Posts tagged ‘history of ecology’

My review of Ecological Paradigms Lost

Cuddington and Beisner (eds.), Ecological Paradigms Lost
     Isis, 97 (2006), 808.

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June 1, 2011 at 4:46 pm Leave a comment

My review of All Creatures: Naturalists, Collectors and Biodiversity

Robert E. Kohler, All Creatures: Naturalists, Collectors, and Biodiversity, 1850-1950
     Science, 313 (2006), 1741.

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June 1, 2011 at 4:19 pm Leave a comment

The Ecological Colonization of Space

The Ecological Colonization of Space,” Environmental History, 10:2 (2005), 239-268.

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This article claims that the prospect of space colonization has been of significant importance with respect to ecological debate, methodology and practice. Cabin ecological research of the improvement of submarines and underground shelters serves as the background for understanding the emergence of the “carrying capacity” concept adopted by the space program of the 1960s. Ecologists involved in space research aimed at constructing cabin ecological systems for spaceships that were subsequently used as models to understand Spaceship Earth. Space colonies came to represent the rational, orderly, and wisely managed contrast to the irrational, disorderly, and ill managed Earth. Human environmental and moral space was to be reordered according to the ideals of cabin ecology and the astronaut’s life in outer space. Despite criticisms of the managerial ethics of space colonization in the mid 1970s, cabin ecology and space technology have became important tools for ecological management. Biosphere 2 was built in Arizona as a prototype for future colonies on Mars, for example. It currently serves as a model for how humans should live within Biosphere 1 (the Earth). The challenge of today is how to get out of the intellectual capsule that ecologists have created for environmentally concerned humanists.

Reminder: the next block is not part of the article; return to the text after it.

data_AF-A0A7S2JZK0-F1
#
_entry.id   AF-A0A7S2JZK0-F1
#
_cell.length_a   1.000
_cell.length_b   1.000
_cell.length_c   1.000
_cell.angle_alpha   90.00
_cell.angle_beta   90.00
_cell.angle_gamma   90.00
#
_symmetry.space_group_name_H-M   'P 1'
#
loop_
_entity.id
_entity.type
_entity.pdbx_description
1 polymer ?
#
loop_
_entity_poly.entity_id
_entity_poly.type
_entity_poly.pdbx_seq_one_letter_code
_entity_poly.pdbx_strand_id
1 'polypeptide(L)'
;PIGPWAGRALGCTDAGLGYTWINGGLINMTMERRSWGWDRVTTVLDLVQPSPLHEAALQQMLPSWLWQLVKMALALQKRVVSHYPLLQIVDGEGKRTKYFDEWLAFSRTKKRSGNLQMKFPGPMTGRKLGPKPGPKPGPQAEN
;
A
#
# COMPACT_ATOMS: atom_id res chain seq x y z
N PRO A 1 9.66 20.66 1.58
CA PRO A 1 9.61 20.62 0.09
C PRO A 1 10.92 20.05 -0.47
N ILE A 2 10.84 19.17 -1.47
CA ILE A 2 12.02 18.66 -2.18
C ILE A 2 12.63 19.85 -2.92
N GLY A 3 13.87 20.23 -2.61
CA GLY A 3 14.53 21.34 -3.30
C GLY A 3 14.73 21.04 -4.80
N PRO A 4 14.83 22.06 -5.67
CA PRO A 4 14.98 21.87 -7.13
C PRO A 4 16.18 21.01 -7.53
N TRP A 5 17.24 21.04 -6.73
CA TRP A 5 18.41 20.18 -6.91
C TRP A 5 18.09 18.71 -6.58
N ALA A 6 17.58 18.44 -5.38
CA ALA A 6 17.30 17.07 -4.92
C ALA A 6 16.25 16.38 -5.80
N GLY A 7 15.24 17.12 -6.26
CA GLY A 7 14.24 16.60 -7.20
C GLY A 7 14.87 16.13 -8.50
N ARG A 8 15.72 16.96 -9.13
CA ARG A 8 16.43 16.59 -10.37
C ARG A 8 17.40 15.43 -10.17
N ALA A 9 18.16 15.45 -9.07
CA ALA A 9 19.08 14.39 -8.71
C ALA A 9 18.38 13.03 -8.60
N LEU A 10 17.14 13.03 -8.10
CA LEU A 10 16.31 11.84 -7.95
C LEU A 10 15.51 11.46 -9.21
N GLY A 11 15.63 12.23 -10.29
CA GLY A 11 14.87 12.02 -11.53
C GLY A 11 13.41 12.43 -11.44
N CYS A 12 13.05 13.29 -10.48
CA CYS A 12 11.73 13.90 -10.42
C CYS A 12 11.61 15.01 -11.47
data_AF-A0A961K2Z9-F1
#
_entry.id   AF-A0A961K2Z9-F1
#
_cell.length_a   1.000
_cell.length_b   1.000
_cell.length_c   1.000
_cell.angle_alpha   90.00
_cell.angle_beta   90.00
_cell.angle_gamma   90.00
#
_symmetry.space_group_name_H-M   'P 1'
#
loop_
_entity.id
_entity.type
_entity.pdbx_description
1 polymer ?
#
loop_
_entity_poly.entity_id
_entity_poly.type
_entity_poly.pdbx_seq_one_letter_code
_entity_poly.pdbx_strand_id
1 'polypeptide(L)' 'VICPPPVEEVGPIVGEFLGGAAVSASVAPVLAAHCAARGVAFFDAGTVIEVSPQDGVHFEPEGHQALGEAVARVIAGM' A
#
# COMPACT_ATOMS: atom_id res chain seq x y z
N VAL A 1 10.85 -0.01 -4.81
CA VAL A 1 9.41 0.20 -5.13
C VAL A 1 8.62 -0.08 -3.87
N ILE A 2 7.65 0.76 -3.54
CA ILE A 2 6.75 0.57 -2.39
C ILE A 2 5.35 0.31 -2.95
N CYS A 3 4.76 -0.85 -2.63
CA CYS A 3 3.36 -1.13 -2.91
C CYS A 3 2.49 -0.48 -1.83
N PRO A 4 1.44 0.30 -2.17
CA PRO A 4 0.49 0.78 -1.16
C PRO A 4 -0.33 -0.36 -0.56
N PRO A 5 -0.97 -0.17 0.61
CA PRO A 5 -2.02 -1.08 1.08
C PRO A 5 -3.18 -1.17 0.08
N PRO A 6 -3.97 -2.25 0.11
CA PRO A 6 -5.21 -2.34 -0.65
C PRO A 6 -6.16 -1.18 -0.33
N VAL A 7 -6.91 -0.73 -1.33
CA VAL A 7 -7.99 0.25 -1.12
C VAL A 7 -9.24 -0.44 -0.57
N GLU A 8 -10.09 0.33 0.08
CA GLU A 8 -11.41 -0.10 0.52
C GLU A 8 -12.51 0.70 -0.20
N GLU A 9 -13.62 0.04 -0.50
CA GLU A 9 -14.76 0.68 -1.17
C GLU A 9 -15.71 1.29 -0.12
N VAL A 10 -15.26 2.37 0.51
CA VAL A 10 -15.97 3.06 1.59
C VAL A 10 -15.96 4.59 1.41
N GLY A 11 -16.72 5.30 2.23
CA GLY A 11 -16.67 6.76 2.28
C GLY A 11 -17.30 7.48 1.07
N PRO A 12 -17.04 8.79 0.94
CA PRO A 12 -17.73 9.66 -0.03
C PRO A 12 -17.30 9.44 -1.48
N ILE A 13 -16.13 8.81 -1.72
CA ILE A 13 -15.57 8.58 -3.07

May 23, 2011 at 11:53 am 4 comments

The Politics of Ecology in South Africa on the Radical Left

The Politics of Ecology in South Africa on the Radical Left,” Journal of the History of Biology, 37:2 (2004), 303-331.

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The South African ecologist and political activist Edward Roux (1903–1966) used evolutionary biology to argue against racism. During the cold-war, he transformed his communist beliefs into advocacy for scientific rationalism, management, and protection of nature against advancing capitalism. These pleas for saving the environment served as a vehicle for questioning the more risky issue of evolution and racial order in society. The link between ecological and political order had long been an important theme among the country’s ecologists and politicians alike. The statesman Jan Christian Smuts’ holistic theory of evolution and racial order inspired the nation’s ecologists to sanctify an ecologically informed racial policy. This idealist informed methodology stood in direct opposition to the materialist approach to ecology of Roux. These methodological debates reflected differing political support from within the Union Party and people on the radical left, respectively. Ecology was of concern to politicians because understandings of the order of nature had direct implications for the racial order of the South African society.

May 16, 2011 at 7:24 pm Leave a comment


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